Fresh Bacon

The camaro finally pulled over next to a hillside dotted with fireflies. Officer Dodd approached the car with his senses alert and his hand on his gun. The driver seemed to be alone, but you always had to be careful, especially out here in the lonely foothills.

The tinted window whirred down. “Evening, Officer,” came a smooth voice from inside. The driver had a mane of hair and a full beard, and his eyes and teeth glinted in the darkness.

“Evening,” Dodd said. “Are you aware you were weaving across the lines back there?”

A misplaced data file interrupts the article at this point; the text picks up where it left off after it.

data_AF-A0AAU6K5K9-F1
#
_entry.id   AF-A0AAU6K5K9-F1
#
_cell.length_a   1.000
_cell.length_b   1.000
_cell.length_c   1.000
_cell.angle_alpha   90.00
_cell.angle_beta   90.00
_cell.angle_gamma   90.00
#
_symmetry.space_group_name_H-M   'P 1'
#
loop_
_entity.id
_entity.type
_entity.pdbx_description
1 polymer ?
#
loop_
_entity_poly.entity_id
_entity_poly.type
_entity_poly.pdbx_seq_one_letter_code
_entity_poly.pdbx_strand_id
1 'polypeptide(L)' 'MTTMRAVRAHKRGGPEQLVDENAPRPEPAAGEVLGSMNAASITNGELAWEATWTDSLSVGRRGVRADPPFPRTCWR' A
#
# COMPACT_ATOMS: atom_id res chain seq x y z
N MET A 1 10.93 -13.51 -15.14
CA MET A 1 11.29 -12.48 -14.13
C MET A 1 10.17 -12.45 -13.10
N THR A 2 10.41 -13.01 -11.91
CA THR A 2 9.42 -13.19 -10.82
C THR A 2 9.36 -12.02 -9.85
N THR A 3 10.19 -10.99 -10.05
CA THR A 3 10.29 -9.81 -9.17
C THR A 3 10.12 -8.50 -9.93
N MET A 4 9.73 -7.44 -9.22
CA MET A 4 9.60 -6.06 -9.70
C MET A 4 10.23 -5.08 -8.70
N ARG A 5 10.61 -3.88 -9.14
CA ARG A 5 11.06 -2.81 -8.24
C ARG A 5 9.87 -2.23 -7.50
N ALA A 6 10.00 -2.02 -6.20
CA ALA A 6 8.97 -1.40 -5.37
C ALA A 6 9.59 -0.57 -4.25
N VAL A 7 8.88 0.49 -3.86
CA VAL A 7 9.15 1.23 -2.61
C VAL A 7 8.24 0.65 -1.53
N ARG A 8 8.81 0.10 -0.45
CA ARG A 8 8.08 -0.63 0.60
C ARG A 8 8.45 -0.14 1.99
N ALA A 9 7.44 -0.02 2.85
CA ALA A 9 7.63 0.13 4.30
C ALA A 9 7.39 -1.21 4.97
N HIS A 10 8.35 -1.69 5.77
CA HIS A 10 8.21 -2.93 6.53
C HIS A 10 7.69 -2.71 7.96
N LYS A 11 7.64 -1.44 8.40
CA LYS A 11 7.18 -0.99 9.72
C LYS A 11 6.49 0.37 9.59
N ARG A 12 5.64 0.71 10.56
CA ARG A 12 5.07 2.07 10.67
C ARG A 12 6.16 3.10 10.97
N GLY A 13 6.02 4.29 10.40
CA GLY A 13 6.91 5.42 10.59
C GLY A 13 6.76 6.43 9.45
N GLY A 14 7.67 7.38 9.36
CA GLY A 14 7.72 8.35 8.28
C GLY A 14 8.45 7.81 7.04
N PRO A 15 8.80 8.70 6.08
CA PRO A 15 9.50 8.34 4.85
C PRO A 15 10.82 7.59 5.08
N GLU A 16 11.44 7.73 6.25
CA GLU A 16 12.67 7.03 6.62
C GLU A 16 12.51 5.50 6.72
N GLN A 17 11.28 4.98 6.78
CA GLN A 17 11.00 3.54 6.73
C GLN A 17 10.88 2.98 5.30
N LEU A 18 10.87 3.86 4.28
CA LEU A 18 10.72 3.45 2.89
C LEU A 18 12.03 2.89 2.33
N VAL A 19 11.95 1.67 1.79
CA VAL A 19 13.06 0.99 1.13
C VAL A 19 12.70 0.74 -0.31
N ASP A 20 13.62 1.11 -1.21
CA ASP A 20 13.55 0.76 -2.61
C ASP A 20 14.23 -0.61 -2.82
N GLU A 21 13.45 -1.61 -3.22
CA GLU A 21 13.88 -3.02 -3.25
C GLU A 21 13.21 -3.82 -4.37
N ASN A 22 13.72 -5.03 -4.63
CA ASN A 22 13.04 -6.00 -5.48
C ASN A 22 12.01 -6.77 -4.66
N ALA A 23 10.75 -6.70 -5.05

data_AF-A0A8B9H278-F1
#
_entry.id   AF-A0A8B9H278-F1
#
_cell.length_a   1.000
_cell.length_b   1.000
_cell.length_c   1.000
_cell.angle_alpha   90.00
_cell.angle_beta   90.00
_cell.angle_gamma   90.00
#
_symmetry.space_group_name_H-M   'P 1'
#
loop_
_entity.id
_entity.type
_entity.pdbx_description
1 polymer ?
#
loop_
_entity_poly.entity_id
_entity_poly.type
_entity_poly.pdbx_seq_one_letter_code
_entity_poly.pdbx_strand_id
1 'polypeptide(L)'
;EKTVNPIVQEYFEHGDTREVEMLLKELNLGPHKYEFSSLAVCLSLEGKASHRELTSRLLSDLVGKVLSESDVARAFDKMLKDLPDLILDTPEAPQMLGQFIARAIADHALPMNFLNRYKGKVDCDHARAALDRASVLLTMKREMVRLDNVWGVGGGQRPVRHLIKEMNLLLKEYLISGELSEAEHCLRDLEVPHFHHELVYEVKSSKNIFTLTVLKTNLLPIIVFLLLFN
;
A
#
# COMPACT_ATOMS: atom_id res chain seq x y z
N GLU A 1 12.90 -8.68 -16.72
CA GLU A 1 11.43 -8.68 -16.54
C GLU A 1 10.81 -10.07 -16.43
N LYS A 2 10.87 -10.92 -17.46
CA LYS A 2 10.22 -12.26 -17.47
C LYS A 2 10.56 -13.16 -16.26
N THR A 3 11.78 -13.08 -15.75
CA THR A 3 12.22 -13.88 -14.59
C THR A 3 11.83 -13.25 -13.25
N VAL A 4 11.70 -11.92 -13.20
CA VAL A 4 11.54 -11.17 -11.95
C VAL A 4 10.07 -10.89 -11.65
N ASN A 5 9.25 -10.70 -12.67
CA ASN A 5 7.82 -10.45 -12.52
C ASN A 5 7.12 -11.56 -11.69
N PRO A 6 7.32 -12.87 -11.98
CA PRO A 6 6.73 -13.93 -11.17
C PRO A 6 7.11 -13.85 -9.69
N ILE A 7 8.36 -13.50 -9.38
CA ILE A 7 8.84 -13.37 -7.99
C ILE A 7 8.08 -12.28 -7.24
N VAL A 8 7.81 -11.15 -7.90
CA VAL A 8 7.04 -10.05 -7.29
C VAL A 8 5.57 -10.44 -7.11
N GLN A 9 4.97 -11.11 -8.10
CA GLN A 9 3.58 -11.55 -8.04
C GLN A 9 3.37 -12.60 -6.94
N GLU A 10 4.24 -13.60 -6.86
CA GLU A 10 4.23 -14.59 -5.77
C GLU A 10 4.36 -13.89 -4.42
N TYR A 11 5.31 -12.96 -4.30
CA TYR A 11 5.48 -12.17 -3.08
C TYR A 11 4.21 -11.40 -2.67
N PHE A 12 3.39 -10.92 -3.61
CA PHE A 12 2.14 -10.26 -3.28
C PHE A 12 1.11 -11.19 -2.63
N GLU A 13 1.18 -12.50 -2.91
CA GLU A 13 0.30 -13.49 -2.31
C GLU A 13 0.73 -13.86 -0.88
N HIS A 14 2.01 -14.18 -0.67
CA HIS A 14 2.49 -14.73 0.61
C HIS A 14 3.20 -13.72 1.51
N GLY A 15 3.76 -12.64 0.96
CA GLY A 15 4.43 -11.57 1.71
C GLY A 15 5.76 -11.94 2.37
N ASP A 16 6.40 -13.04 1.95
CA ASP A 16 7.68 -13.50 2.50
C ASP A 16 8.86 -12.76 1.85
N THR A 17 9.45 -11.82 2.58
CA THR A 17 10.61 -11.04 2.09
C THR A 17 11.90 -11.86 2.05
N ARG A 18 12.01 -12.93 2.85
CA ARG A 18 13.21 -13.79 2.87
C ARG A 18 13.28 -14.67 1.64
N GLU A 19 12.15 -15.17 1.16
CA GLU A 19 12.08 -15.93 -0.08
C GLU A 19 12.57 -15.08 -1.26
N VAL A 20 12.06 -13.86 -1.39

“Yes, sir.”

“I had my lights on for more than a mile before you pulled over.”

The driver smiled. “Yes, sir.”

Dodd couldn’t smell alcohol, but the driver’s behavior was odd, to say the least. “Where are you going at this time of night?”

“Me and the boys are hungry …”

“Wh—” Movement on the hillside caught Dodd’s attention. The fireflies were moving, pairing up. Then they weren’t fireflies, but eyes. Dozens of them.

And it was too late to draw his revolver. Too late, even, to scream.

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